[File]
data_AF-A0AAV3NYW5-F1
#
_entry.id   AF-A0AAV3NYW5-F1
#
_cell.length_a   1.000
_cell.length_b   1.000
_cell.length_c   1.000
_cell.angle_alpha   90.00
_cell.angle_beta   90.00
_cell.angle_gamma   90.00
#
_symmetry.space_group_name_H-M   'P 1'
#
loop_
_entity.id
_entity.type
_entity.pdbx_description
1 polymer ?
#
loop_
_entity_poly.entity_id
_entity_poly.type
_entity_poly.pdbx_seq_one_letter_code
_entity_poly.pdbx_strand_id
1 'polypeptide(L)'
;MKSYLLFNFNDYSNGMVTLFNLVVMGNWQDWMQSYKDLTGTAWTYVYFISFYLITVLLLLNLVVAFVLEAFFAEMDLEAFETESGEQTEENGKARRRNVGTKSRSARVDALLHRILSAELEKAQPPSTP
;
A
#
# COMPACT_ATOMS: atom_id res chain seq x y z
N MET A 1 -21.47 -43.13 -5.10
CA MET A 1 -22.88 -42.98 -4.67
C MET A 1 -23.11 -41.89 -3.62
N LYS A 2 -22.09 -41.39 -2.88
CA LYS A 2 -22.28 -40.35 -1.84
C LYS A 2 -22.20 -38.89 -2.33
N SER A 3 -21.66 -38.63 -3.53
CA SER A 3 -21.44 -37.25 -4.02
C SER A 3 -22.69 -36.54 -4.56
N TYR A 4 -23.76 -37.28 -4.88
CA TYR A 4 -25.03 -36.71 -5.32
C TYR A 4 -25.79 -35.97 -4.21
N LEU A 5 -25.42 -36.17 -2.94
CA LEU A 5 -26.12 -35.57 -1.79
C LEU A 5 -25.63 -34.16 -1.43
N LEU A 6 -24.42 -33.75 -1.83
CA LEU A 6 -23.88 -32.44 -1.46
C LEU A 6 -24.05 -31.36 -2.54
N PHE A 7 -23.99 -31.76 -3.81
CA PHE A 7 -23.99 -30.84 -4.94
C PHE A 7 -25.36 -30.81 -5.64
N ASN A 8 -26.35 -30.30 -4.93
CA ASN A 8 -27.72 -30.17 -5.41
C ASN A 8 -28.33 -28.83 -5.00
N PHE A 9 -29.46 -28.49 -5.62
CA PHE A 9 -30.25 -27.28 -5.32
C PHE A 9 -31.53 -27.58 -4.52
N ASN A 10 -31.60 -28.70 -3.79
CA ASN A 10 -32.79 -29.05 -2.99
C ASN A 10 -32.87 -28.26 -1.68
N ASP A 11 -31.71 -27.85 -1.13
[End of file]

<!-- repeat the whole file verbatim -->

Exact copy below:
data_AF-A0AAV3NYW5-F1
#
_entry.id   AF-A0AAV3NYW5-F1
#
_cell.length_a   1.000
_cell.length_b   1.000
_cell.length_c   1.000
_cell.angle_alpha   90.00
_cell.angle_beta   90.00
_cell.angle_gamma   90.00
#
_symmetry.space_group_name_H-M   'P 1'
#
loop_
_entity.id
_entity.type
_entity.pdbx_description
1 polymer ?
#
loop_
_entity_poly.entity_id
_entity_poly.type
_entity_poly.pdbx_seq_one_letter_code
_entity_poly.pdbx_strand_id
1 'polypeptide(L)'
;MKSYLLFNFNDYSNGMVTLFNLVVMGNWQDWMQSYKDLTGTAWTYVYFISFYLITVLLLLNLVVAFVLEAFFAEMDLEAFETESGEQTEENGKARRRNVGTKSRSARVDALLHRILSAELEKAQPPSTP
;
A
#
# COMPACT_ATOMS: atom_id res chain seq x y z
N MET A 1 -21.47 -43.13 -5.10
CA MET A 1 -22.88 -42.98 -4.67
C MET A 1 -23.11 -41.89 -3.62
N LYS A 2 -22.09 -41.39 -2.88
CA LYS A 2 -22.28 -40.35 -1.84
C LYS A 2 -22.20 -38.89 -2.33
N SER A 3 -21.66 -38.63 -3.53
CA SER A 3 -21.44 -37.25 -4.02
C SER A 3 -22.69 -36.54 -4.56
N TYR A 4 -23.76 -37.28 -4.88
CA TYR A 4 -25.03 -36.71 -5.32
C TYR A 4 -25.79 -35.97 -4.21
N LEU A 5 -25.42 -36.17 -2.94
CA LEU A 5 -26.12 -35.57 -1.79
C LEU A 5 -25.63 -34.16 -1.43
N LEU A 6 -24.42 -33.75 -1.83
CA LEU A 6 -23.88 -32.44 -1.46
C LEU A 6 -24.05 -31.36 -2.54
N PHE A 7 -23.99 -31.76 -3.81
CA PHE A 7 -23.99 -30.84 -4.94
C PHE A 7 -25.36 -30.81 -5.64
N ASN A 8 -26.35 -30.30 -4.93
CA ASN A 8 -27.72 -30.17 -5.41
C ASN A 8 -28.33 -28.83 -5.00
N PHE A 9 -29.46 -28.49 -5.62
CA PHE A 9 -30.25 -27.28 -5.32
C PHE A 9 -31.53 -27.58 -4.52
N ASN A 10 -31.60 -28.70 -3.79
CA ASN A 10 -32.79 -29.05 -2.99
C ASN A 10 -32.87 -28.26 -1.68
N ASP A 11 -31.71 -27.85 -1.13